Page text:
July 10, 2012 § Leave a Comment
The ISU e-Library has recently made available electronically thousands of scholarly monographs published by Oxford University Press. A quick link to the home page is here. A quick breakdown by subject:
Linguistics – 181 books
Literature – 633 books.
This collection will keep growing over time. For the time being, the collection can be searched/browsed by going to the above link. In time, the titles will be incorporated into the e-Library’s QuickSearch database, but that will take some doing.
Here are a few examples:
- Digital Discourse: Language in the New Media by Crispin Thurlow and Kristine Mroczek. Print publication date: 2011. Published in Oxford Scholarship Online: January 2012.
- World Views: Metageographies of Modernist Fiction by Jon Hegglund. Print publication date: 2012. Published in Oxford Scholarship Online: May 2012.
May 17, 2012 § Leave a Comment
I’m pleased to announce that we now have electronic access to Blake: An Illustrated Quarterly, starting with vol. 45, no. 1 (2011). The easiest way to get access to the journal is to go to the e-Library homepage, click on Journals which is pretty much in the center of the screen, and do a search on “Blake” clicking the radio button for “Exact.” Unfortunately this is one of the infinitesimally small number of e-journals that can only be accessed within the physical confines of the ISU campus.
According to the journal’s mission statement,
it’s a peer-reviewed scholarly journal devoted to William Blake (1757-1827), the British poet, engraver, artist, and his circle. We publish articles, notes, book reviews, as well as two annual features: a review of sales of original works by Blake and his followers, and a checklist of publications on Blake.
Click here for more information about the journal’s history. An index of all articles published in Blake since the journal’s inception can be found here. The back issues, according to the journal’s website, will gradually be scanned in and made available in a searchable format, but for now all we have access to are issues from 2011 and forward. If you have at least a passing interest in Blakeana, the journal is worth a look.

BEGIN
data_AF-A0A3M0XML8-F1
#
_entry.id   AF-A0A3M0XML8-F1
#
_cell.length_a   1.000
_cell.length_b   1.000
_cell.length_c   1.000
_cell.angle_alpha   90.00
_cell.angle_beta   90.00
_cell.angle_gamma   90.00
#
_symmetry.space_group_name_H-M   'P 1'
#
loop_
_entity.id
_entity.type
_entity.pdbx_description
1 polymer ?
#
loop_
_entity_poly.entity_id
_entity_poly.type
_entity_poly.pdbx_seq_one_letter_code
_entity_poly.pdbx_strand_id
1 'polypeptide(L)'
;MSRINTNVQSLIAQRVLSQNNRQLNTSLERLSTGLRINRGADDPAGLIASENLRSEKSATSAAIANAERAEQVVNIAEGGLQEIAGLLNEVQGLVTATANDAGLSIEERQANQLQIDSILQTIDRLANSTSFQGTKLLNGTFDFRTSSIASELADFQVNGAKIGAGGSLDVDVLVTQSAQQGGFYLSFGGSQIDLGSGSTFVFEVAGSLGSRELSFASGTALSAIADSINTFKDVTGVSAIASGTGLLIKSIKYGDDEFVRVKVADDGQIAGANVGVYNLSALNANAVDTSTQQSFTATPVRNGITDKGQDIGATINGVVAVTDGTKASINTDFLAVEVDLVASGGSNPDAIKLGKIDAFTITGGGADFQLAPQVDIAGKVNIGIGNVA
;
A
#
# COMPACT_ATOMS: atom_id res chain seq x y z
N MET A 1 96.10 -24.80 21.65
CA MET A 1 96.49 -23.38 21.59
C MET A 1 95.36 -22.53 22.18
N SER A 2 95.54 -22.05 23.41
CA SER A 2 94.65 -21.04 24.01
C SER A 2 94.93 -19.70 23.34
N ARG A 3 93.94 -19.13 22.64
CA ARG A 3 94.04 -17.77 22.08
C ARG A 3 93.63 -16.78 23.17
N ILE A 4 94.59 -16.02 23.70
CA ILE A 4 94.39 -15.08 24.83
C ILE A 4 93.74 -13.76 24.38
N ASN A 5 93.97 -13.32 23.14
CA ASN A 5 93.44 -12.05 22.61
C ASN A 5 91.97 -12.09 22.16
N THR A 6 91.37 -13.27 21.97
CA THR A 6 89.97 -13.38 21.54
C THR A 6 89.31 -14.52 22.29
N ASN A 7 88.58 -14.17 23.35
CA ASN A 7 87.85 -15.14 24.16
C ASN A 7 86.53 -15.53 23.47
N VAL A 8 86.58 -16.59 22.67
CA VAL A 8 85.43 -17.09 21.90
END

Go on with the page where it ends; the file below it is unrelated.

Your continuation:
April 17, 2012 § Leave a Comment
The Victoria Research Web (http://www.victorianresearch.org/) boasts an impressive wealth of material related to the study of Victorian-era literature. Overseen by the scholar Patrick Leary, “[T]he VRW is dedicated to the scholarly study of nineteenth-century Britain, and to aiding researchers, teachers, and students in their investigations of any and all aspects of this fascinating period.” It grew out of the e-mail listserv VICTORIA, and contains a database that allows for the searching of the VICTORIA listserv archives.
Within the VRW, you can find the full-text of the 10th edition (July, 2010) of Rosemary VanArdel’s Victorian Periodicals: Aids to Research: A Selected Bibliography, originally published in 1999, Eileen Curran’s Additions to and Corrections of The Wellesley Index to Victorian Periodicals, and perhaps most significantly, At the Circulating Library: A Database of Victorian Fiction, 1837-1901. The latter, created and maintained by Troy Bassett of Indiana University – Purdue University Fort Wayne, includes (taken from the opening webpage):
- All multi-volume novels from The English Catalogue of Books, Volume I-V
- All multi-volume novels from the British Library Integrated Catalogue
- Biographical entries for over 100 authors
- Links to Google Books for over 150 titles
- Serialization information from over 100 periodicals, including All the Year Round, Belgravia, Blackwood’s Magazine, Cornhill Magazine, Fortnightly Review, The Manchester Weekly Times, Temple Bar, and Tinsley’s Magazine
Additionally, the VRW contains many other resources to aid students and scholars in finding research materials covering literary works from the Victorian era. Highly recommended for use in conjunction with the MLA International Bibliography database.
April 16, 2012 § Leave a Comment
“An electronic collection of texts from the University of California, Davis,” this is a project that began with the scanning of content in 1998, and has grown ever since. The stated goal of the project:
“The British Women Romantic Poet’s Project is producing an online scholarly archive consisting of E-text editions of poetry by British and Irish women written (not necessarily published) between 1789 (the onset of the French Revolution) and 1832 (the passage of the Reform Act), a period traditionally known in English literary history as the Romantic period.”
Unfortunately, there’s no indication of how many authors and/or works are represented, and the project update page hasn’t been updated in ten years (!) but it remains an impressive collection. You can browse the list of authors alphabetically, or search by title, author, or creation (not publication!) date.
To go to the British Women Romantic Poets site, click here.